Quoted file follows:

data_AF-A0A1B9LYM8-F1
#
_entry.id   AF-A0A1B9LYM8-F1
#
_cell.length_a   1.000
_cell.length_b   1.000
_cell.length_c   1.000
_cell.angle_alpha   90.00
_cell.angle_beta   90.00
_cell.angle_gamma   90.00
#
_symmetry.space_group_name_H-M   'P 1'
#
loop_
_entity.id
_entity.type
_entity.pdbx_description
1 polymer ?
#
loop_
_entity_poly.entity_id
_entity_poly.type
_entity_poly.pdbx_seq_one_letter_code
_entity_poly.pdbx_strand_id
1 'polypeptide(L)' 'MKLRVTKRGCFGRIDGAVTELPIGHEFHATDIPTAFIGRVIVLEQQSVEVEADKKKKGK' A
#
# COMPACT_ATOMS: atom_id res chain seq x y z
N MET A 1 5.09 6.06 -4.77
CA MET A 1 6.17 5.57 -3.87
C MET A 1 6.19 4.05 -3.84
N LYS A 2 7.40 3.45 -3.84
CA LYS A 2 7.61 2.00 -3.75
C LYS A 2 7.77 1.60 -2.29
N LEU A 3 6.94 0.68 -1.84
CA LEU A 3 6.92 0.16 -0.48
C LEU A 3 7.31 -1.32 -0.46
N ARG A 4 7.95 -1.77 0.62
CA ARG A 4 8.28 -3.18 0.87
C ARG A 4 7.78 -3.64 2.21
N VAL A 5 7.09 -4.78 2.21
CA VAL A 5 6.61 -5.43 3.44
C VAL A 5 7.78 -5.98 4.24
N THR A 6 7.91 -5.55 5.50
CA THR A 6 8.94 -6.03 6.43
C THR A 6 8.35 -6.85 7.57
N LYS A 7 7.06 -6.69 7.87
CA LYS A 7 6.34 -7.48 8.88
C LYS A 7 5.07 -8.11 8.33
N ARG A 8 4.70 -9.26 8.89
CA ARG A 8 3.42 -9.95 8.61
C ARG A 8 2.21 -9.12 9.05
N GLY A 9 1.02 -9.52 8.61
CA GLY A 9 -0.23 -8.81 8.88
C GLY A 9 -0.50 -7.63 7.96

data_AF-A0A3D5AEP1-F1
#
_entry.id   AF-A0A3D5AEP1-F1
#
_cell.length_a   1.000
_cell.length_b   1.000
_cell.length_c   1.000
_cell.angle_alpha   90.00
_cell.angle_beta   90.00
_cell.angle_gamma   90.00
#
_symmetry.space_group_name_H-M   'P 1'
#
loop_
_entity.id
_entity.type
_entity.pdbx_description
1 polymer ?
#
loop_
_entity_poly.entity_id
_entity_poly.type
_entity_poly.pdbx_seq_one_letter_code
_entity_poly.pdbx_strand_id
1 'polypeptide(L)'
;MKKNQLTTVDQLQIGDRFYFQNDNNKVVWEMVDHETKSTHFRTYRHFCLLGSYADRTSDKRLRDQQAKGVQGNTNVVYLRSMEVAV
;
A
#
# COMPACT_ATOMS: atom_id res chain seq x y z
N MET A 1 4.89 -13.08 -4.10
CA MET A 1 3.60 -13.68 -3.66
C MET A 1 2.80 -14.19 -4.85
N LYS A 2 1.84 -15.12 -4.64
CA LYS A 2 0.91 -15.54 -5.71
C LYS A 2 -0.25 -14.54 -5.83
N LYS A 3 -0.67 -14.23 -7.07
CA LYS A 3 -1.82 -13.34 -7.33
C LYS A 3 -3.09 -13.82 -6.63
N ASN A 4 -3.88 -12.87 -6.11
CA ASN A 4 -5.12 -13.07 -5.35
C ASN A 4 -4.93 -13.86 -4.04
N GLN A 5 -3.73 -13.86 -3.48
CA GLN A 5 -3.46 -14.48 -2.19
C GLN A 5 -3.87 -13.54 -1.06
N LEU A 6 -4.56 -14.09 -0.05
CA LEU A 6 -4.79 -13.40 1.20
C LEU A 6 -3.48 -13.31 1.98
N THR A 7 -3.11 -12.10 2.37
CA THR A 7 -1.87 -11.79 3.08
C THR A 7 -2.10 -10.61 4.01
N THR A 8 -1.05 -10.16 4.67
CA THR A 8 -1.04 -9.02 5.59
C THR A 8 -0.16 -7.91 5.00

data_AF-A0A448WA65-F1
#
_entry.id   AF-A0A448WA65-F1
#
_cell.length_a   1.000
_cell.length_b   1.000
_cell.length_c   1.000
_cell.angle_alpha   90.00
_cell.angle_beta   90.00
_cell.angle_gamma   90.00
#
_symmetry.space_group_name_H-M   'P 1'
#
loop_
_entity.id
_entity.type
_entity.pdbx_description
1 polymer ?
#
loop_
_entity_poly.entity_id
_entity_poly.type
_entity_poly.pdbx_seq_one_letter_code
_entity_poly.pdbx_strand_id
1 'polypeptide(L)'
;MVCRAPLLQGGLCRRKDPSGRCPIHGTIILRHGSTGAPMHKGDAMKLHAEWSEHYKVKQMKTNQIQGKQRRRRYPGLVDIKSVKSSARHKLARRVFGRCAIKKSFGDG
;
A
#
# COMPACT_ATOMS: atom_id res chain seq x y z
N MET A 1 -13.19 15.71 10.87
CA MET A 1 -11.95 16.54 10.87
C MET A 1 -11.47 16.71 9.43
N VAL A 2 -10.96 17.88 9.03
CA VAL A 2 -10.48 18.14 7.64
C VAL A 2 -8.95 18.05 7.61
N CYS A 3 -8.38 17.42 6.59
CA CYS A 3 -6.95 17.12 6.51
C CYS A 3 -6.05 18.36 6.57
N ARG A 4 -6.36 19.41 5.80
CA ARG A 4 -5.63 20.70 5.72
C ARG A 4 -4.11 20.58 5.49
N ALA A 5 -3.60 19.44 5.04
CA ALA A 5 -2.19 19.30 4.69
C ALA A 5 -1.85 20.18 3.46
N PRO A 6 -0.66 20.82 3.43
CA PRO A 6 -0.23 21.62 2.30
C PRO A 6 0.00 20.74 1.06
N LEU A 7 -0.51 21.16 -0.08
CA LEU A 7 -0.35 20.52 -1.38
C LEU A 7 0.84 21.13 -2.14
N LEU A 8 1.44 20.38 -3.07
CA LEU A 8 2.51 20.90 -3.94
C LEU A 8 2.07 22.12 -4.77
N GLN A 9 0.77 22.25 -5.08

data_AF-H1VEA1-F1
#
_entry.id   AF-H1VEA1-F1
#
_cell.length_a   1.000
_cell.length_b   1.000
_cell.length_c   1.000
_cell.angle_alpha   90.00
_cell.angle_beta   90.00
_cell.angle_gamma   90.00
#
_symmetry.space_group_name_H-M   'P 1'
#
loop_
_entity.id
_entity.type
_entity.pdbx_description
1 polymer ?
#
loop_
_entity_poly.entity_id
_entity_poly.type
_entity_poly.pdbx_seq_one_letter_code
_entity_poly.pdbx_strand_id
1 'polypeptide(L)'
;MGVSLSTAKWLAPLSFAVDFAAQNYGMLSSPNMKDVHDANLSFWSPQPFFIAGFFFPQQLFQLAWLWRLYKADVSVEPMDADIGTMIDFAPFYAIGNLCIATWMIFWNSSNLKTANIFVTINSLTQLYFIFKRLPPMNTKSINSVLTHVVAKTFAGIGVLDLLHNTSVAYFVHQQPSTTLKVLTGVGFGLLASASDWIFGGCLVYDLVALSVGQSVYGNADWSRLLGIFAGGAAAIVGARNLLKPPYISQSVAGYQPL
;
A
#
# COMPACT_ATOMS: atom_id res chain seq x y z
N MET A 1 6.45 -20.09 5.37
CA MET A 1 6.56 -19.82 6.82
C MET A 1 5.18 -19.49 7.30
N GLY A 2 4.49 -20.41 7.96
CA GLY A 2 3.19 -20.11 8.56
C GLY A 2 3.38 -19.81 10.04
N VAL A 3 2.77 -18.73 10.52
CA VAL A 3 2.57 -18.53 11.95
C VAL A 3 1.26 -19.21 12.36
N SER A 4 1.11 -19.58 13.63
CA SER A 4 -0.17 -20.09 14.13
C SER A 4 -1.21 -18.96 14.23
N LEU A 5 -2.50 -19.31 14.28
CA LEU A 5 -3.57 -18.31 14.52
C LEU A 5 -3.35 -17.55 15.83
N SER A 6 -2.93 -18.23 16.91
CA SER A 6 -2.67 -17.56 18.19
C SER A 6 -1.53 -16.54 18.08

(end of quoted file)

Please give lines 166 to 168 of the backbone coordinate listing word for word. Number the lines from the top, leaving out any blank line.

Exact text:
_entry.id   AF-H1VEA1-F1
#
_cell.length_a   1.000